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Vol. 43 - 1995

Collaborations: tooltip

Insert: tooltip

Robert Smithson

Spine: tooltip

Christian Marclay


A Conversation. New York, 22 January 1995

  • Author: Juan Muñoz / James Lingwood
  • Artist: Juan Muñoz
  • Section: Collaboration

A Man in a Room, Gambling

  • Author: Gavin Bryars
  • Artist: Juan Muñoz
  • Section: Collaboration

Juan Muñoz and the Specularity of the Divided Self

  • Author: Lynne Cooke
  • Artist: Juan Muñoz
  • Section: Collaboration

The Art of Conversation

  • Author: Alexandre Melo
  • Artist: Juan Muñoz
  • Section: Collaboration

Essential Hesitations

  • Author: Mark Stevens
  • Artist: Susan Rothenberg
  • Section: Collaboration

On Walking and Working. An Interview with Susan Rothenberg by Joan Simon

  • Author: Joan Simon
  • Artist: Susan Rothenberg
  • Section: Collaboration

Painting as an Immense Feeling

  • Author: Jean-Christophe Ammann
  • Artist: Susan Rothenberg
  • Section: Collaboration

The Evolution of the Horse

  • Author: Ingrid Schaffner
  • Artist: Susan Rothenberg
  • Section: Collaboration

Carsten Höller—Getting Real

  • Author: Michelle Nicol
  • Artist: Carsten Höller
  • Section: Miscellaneous / Varia


  • Author: Fabrice Hybert / Hans Ulrich Obrist
  • Artist: Fabrice Hybert
  • Section: Miscellaneous / Varia

Whirling Dervishes

  • Author: Lisa Liebmann
  • Section: Balkon

Yucatan is Elsewhere. On Robert Smithson’s “Hotel Palenque”

  • Author: Neville Wakefield
  • Artist: Robert Smithson
  • Section: Les Infos du Paradis

Musée Incontinaire

  • Author: James Roberts
  • Section: Cumulus


  • Author: Daniela Salvioni
  • Artist: Mario Botta
  • Section: Cumulus

$ 32.00


The “demand for anthropological re-formulation”—de¬scribed by Michelle Nicol in her essay on Carsten Höller as an important feature of the nineties—also surfaces in Robert Smithson’s slide presentation on HOTEL PALENQUE, given over twenty years ago. For the astonished architecture students at the University of Utah, Smithson documents nothing short of a different view of the world. His slide lecture is published here as our Insert for the first time in its entirety. The impulse underlying Smithsons’s suggestion to read unexpected places and ob¬jects as a rich source of energy may be compared to Fabrice Hybert’s idea of transporting a truck-sized cake of soap from supermarket to supermarket and calling it TRADUCTION (Translation). This is perception with a new focus: Smithson invests a dilapidated hotel with the aura of ancient Mayan architecture, Hybert swims upstream in psycho-economic currents, and Carsten Höller analyzes the social, biological, and physiological processes of the human condition in the form, for instance, of self-strangulating flowers.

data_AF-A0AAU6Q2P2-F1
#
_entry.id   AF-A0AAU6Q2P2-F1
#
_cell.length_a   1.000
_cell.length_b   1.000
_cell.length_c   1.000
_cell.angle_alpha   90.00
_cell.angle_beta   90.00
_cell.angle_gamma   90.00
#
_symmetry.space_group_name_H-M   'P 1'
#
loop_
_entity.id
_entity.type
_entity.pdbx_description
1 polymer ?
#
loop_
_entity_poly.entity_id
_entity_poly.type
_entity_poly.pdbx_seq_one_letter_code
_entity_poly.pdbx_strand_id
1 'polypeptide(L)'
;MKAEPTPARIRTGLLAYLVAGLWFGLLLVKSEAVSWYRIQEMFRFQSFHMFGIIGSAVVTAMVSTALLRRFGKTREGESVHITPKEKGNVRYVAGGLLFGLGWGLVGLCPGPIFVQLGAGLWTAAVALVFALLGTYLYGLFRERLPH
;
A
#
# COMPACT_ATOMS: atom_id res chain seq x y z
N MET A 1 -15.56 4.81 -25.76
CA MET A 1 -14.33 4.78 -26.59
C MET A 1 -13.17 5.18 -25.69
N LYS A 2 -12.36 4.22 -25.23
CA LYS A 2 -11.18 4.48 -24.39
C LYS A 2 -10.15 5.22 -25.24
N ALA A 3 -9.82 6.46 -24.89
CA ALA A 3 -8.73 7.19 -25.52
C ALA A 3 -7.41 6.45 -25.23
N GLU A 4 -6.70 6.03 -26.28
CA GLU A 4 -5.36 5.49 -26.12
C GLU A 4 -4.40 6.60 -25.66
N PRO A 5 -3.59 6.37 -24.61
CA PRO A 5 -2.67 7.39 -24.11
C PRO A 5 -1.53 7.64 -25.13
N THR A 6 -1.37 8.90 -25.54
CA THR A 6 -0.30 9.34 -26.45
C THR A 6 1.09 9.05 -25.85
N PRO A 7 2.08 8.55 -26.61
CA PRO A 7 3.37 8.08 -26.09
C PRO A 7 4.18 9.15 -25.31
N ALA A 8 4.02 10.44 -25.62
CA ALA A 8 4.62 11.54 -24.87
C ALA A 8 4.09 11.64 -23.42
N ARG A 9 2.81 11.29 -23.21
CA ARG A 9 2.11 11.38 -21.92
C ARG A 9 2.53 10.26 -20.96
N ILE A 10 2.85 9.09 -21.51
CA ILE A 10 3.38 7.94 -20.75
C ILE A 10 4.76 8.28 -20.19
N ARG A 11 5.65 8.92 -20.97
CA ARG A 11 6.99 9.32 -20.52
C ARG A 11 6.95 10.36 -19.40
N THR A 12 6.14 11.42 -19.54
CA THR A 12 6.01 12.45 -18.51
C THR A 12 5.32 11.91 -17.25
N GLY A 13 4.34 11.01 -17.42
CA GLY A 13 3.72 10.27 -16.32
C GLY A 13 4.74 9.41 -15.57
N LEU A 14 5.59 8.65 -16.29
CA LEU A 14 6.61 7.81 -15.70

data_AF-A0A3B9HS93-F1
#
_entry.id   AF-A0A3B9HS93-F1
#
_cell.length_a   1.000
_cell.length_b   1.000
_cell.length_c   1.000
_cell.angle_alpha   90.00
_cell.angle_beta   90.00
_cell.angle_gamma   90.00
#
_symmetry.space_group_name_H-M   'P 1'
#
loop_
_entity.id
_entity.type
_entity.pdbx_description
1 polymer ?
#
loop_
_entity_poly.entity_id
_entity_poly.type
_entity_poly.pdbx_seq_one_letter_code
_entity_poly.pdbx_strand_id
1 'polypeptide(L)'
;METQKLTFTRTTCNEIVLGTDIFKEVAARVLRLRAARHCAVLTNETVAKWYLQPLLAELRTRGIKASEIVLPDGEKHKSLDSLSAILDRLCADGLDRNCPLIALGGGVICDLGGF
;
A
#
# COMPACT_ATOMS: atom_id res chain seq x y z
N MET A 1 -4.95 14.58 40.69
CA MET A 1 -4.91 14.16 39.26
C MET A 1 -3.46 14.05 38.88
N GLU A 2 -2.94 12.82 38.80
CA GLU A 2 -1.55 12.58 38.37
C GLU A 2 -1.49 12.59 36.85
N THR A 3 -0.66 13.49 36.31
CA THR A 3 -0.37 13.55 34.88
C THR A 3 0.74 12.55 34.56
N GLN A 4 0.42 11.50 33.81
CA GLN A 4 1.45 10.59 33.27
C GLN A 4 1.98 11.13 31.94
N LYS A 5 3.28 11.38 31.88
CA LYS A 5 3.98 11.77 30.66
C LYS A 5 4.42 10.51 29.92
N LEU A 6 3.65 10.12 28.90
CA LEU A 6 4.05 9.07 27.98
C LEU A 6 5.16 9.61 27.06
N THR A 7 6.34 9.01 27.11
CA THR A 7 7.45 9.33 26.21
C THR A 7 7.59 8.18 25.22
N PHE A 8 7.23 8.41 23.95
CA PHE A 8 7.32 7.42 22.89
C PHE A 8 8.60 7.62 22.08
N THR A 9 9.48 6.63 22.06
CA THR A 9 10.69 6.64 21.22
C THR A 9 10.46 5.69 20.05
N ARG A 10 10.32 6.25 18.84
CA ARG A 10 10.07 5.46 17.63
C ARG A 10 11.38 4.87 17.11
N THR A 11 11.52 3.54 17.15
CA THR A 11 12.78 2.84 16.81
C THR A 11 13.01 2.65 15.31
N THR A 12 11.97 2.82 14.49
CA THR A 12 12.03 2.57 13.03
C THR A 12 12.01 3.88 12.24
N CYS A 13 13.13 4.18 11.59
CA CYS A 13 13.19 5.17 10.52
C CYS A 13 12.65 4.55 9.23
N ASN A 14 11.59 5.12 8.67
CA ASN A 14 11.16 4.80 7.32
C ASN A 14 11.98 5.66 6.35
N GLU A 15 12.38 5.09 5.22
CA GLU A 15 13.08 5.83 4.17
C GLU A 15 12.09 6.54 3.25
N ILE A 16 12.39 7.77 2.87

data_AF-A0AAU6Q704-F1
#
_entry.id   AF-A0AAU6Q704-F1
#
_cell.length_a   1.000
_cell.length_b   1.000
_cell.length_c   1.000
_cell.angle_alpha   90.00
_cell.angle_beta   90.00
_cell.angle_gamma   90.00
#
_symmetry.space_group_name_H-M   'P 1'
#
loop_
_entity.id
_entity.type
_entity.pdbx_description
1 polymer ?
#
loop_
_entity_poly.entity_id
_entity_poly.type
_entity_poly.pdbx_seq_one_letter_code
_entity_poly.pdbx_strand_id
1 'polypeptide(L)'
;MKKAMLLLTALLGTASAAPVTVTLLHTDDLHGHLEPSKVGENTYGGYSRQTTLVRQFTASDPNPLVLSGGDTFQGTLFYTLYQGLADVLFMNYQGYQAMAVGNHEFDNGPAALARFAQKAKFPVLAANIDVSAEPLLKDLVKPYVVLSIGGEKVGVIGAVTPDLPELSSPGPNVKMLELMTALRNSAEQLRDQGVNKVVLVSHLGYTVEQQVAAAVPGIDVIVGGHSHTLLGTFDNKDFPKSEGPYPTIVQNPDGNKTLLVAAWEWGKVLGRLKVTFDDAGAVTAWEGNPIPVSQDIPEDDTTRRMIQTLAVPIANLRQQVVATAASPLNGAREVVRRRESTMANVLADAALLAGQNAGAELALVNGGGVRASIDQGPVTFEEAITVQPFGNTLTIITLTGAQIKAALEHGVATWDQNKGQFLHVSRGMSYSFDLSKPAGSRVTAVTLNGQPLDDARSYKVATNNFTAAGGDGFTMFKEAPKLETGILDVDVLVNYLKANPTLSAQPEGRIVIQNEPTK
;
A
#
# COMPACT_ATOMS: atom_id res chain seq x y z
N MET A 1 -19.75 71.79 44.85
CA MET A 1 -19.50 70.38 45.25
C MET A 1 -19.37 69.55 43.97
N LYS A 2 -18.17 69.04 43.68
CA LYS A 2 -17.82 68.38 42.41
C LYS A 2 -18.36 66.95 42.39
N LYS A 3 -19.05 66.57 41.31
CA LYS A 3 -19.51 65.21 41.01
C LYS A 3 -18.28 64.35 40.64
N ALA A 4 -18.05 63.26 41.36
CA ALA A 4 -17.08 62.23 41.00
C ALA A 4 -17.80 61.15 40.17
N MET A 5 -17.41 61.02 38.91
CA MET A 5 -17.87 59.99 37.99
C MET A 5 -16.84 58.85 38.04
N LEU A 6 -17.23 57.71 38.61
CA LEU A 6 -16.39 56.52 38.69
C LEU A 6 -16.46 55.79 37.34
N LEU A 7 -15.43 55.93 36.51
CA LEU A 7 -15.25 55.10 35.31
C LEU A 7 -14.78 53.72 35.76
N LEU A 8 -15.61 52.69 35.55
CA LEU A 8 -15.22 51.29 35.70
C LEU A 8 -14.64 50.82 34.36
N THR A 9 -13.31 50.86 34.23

The Collaboration artists also weave nets of subtly far-sighted cultural perceptions around their viewers. In her conversation with Joan Simon, Susan Rothenberg humorously defines the principle currently directing her art as “walking and working.” The resulting energy flows, unbridled, in and out of her painting, and is linked by Mark Stevens in his essay “Essential Hesitations” to such contrasting phenomena as cave painting, Alberto Giacometti, and Philip Guston. For Juan Muñoz, anonymity is a spring of scenic images in which the viewers become participants in the action. They are drawn into mental spaces that branch out into undreamed-of regions. Juan Muñoz has created an object for the read¬ers of PARKETT, a piece of glass on which one has to breath to make a drawing appear for a few seconds. And Susan Rothenberg has come up with a startling bear skin—not a painted one, but a miniature latex imitation. Bice Curiger